Words at War: Fiction and Critique Forged in Times and Spaces of Violence

War occupies an uneasy place in literature and in the study of literature. Raymond Williams’s well-known observation about Jane Austen captures something of this dynamic: “It is a truth universally acknowledged that Jane Austen chose to ignore the decisive historical events of her time. Where […] are the Napoleonic wars: the real current of history?” (113). In posing this question, Williams makes war both central to, and beside the point of, the novel form. Today, the relationship between war and

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North American Democracies in the Victorian Era: The Political Satire of Th. Ch. Haliburton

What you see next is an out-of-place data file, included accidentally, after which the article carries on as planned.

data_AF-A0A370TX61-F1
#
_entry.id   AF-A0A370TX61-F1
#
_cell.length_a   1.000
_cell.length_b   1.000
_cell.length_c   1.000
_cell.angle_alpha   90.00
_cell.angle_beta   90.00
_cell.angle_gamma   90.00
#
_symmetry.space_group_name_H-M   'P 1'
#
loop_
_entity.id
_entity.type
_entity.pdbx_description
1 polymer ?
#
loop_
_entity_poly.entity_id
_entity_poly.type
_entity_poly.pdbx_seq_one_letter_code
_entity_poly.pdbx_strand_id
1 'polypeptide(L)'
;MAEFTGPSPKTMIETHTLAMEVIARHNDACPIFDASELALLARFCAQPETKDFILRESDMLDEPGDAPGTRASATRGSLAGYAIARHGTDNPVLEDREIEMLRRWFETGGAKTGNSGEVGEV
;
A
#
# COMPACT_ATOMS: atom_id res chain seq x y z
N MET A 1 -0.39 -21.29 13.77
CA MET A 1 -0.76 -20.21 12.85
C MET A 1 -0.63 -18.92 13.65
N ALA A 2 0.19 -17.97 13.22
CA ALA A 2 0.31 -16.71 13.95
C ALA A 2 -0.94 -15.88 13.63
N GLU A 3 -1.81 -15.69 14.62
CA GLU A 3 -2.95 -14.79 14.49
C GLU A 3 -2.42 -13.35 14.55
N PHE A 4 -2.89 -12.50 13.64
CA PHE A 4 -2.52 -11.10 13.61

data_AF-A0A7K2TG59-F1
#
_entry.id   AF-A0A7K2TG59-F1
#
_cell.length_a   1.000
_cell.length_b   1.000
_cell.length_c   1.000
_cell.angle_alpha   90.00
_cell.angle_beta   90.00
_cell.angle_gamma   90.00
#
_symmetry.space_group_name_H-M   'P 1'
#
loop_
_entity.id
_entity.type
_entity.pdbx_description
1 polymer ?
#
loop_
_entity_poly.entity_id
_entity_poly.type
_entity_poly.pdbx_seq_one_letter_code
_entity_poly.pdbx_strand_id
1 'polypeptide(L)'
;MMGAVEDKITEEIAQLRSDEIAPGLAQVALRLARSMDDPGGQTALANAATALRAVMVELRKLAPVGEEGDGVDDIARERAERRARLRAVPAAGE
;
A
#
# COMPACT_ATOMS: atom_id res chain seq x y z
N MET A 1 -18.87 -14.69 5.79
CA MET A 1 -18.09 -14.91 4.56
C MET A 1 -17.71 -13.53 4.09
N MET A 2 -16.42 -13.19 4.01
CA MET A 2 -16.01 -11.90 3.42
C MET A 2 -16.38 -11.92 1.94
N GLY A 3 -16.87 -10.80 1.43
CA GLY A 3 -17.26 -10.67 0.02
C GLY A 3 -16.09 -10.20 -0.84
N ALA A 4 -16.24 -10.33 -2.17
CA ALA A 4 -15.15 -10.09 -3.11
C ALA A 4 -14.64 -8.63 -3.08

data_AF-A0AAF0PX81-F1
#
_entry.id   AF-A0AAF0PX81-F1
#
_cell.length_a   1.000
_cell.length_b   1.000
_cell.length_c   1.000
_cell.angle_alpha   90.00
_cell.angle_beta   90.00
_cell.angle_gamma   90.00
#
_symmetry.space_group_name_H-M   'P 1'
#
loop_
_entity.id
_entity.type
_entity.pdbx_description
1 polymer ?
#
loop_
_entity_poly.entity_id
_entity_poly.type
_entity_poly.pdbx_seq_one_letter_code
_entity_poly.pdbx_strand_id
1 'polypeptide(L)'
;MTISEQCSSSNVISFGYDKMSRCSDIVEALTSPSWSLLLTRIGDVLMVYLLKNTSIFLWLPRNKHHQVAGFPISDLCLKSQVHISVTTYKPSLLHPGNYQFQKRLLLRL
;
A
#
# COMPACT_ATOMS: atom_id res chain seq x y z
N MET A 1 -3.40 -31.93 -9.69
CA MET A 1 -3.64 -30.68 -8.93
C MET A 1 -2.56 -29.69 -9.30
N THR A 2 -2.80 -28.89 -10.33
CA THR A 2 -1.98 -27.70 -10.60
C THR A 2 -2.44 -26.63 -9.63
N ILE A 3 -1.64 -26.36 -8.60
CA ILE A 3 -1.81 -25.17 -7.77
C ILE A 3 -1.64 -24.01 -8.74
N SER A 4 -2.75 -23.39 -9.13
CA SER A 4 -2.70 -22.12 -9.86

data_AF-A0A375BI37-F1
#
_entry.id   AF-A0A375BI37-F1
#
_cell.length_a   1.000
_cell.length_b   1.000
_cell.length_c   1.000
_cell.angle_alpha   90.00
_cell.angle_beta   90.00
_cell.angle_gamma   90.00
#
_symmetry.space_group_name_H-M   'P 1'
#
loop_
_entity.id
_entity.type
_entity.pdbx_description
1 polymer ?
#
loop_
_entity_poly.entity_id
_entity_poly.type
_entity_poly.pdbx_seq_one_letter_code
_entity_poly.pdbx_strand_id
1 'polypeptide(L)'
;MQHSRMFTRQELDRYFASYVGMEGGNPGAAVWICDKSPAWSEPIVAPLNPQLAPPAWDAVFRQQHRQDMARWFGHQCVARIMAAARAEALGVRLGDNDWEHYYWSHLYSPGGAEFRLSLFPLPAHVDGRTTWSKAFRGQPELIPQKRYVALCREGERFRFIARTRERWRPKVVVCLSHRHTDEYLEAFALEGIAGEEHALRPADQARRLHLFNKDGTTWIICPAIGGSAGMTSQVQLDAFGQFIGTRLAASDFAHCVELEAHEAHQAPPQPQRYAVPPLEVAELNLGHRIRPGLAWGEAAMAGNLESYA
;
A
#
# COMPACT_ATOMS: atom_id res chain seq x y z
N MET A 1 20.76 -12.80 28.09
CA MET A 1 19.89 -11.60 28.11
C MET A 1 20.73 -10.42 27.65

Throughout 2020, the world has been watching American democracy appearing to unravel as its Covid-19 pandemic spiralled out of control; the responsibility for public health measures devolved from the federal level to state level, then to county level, and ultimately down to individuals who pushed back in the name of freedom and challenged lockdowns in courts, and attempted to take over the US Capitol. Prudently, on March 31 Canada closed its southern border and is continuing to monitor the increasingly

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